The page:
Top 10 Operational Risks: The third and fourth risk areas in a 10-part series
|Oct 4th, 2012 | Filed under: Hedge Fund Operations and Risk Management, Risk management, Today's Post | By: Guest||
Operational risk within investment management firms can stem from many sources. Firms also have varying tolerance levels for accepting or handling such risk. SEI believes virtually every firm can benefit from taking a fresh look at common areas of risk and consider the variety of relatively straightforward risk management measures that can readily be deployed. In that spirit, SEI put together a 10-part guide as an effective risk management tool to set the foundation for operational excellence. Below are excerpts from chapters three and four, now available for download at www.seic.com/OpsSurvivalGuide.
3) NOVICES, APPRENTICES AND SOLOISTS: Inadequate Training or Cross-Training
The lack of sufficient staff training is so prevalent that it deserves focus as a prime area of operational risk.
Common pitfalls: Key-person risks abound in low-ranking, yet vital, positions and senior staff alike. Other problem areas include small, specialized teams that work in isolation, training efforts that are ad hoc rather than systematic, and individuals who assume sole responsibility for a function or relationship, often zealously guarding their “turf.”
What can firms do?
Firms can take advantage of an array of training resources and formats, including conferences, live and online classes, short courses, and internal “lunch-and-learn” sessions. Other measures to consider include:
Customized on-site training – This can be provided by internal experts and/or external specialists who can tailor training to the firm’s methods and requirements.
A well conceived set of do-it-yourself training efforts – Quiz staff on what they should have read in the firm’s compliance manual or code of ethics. Review system access capabilities. Ask people to describe what they do—and really listen to their answers.
Job rotation, job shadowing and job swaps – Such arrangements can help ensure that cross-training takes place, especially if accompanied by presentations on systems architecture and workflows.
Shared workflows – Ask teams to document or review their workflows and share them with other teams.
Webinars, industry conferences and networking – Attending such events can be helpful to many employees, particularly those who are knowledgeable in their jobs but would benefit from more exposure to other organizations.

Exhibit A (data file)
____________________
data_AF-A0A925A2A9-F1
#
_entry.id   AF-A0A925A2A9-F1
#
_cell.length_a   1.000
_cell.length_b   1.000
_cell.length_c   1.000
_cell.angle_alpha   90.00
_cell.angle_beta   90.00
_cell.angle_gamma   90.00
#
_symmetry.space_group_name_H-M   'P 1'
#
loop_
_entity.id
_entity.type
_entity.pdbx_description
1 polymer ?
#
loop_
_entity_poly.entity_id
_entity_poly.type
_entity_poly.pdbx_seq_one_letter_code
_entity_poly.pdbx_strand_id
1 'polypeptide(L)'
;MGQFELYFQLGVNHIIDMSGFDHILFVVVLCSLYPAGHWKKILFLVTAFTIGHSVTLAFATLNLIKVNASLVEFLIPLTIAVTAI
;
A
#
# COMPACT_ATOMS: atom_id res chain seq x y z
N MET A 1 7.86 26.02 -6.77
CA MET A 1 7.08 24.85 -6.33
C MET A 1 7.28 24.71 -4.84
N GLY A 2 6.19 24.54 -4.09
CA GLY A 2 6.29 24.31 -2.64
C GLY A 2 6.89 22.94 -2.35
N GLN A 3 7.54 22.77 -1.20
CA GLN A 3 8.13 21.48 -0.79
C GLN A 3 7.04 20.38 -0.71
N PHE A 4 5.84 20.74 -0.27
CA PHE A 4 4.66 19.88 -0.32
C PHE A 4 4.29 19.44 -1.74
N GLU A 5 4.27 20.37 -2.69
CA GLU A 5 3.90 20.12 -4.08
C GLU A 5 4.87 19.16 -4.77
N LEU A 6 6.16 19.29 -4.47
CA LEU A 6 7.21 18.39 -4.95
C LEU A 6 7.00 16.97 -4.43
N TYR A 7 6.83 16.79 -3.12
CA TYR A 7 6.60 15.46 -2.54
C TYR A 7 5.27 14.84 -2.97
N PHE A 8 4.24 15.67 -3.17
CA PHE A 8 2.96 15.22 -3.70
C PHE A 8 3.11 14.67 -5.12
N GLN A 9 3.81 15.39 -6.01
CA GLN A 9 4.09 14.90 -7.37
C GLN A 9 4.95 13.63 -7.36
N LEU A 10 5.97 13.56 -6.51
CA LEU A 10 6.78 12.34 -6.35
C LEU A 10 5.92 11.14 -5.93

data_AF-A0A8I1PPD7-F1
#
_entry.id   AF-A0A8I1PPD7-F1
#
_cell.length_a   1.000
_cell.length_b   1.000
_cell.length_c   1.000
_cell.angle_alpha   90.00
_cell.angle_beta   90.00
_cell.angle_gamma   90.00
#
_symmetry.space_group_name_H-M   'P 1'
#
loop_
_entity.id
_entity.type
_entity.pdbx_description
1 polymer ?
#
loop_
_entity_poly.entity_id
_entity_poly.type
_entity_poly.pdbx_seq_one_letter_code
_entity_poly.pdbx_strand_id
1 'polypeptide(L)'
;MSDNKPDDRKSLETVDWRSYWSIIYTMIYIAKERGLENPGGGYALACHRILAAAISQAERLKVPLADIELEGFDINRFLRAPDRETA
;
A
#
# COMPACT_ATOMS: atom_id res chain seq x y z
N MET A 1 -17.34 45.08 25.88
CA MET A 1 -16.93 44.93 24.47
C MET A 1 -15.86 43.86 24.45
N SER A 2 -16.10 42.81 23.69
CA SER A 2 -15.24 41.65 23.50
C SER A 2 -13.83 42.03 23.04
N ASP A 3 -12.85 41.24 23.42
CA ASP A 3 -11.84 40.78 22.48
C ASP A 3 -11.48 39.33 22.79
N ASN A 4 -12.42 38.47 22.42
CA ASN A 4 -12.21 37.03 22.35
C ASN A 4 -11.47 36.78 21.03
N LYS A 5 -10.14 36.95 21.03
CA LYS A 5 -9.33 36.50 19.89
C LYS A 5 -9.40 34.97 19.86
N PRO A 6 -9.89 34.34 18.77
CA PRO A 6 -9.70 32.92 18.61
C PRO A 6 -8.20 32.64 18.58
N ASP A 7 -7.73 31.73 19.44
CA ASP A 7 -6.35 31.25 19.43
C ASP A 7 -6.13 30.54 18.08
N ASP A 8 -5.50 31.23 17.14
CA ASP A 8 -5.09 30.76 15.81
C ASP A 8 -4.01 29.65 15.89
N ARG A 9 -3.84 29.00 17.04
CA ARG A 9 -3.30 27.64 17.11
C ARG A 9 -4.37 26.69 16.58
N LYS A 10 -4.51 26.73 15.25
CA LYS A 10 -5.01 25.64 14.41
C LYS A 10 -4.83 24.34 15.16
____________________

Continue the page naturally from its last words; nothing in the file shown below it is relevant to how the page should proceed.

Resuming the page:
Thoughtful attention to organizational design, training and cross-training can promote teamwork and reduce key-person risk at all levels.
4) DROPPED BATONS: Information Hand-offs
Investment management entails many complex sequential activities involving transfers of information between people, departments, organizations and systems. These information handoffs are fraught with communication and timing challenges.
Thinking in terms of the old paper-ticket system is a good way to starting addressing information transfers. Other trouble spots involve hand-offs among electronic systems. Problems may stem from poor planning in the original system design, inadequate vendor support or spotty documentation. Many interfaces suffer from more than one of these problems, and operational risk increases geometrically as more interfaces are involved.
What can firms do?
Thoroughly mapping where interchanges occur is the first step to lowering the risks of error—and don’t forget interactions with clients.
Diagram workflows – This is the most useful tool for identifying trouble spots in hand-offs between people and systems, including interfaces between teams or departments and between the firm and external counterparties, service providers and clients.
Develop a comprehensive inventory of what could go wrong – Assessing the risks and potential damage associated with potential error will help focus efforts to mitigate risks.
Build processes and protocols to mitigate the risks – In some cases, a quick fix may be sufficient.
Examine hand-offs to and from outsourcing service providers – Each hand-off should be covered by a service-level agreement with specific deadlines, quality expectations and metrics that provide benchmarks for evaluating performance.
Once investment managers have considered where operational processes might go wrong, they can take systematic steps to reduce or eliminate their risks.
- Top 10 Operational Risks: The fifth and sixth risk areas in a 10-part series
- Top 10 Operational Risks: The first two risk areas in a 10-part series
- Top 10 Operational Risks: The ninth and tenth risk areas in a 10-part series
- Top 10 Operational Risks: The seventh and eighth risk areas in a 10-part series
- Who isn’t more focused on operational risk management these days? Somebody.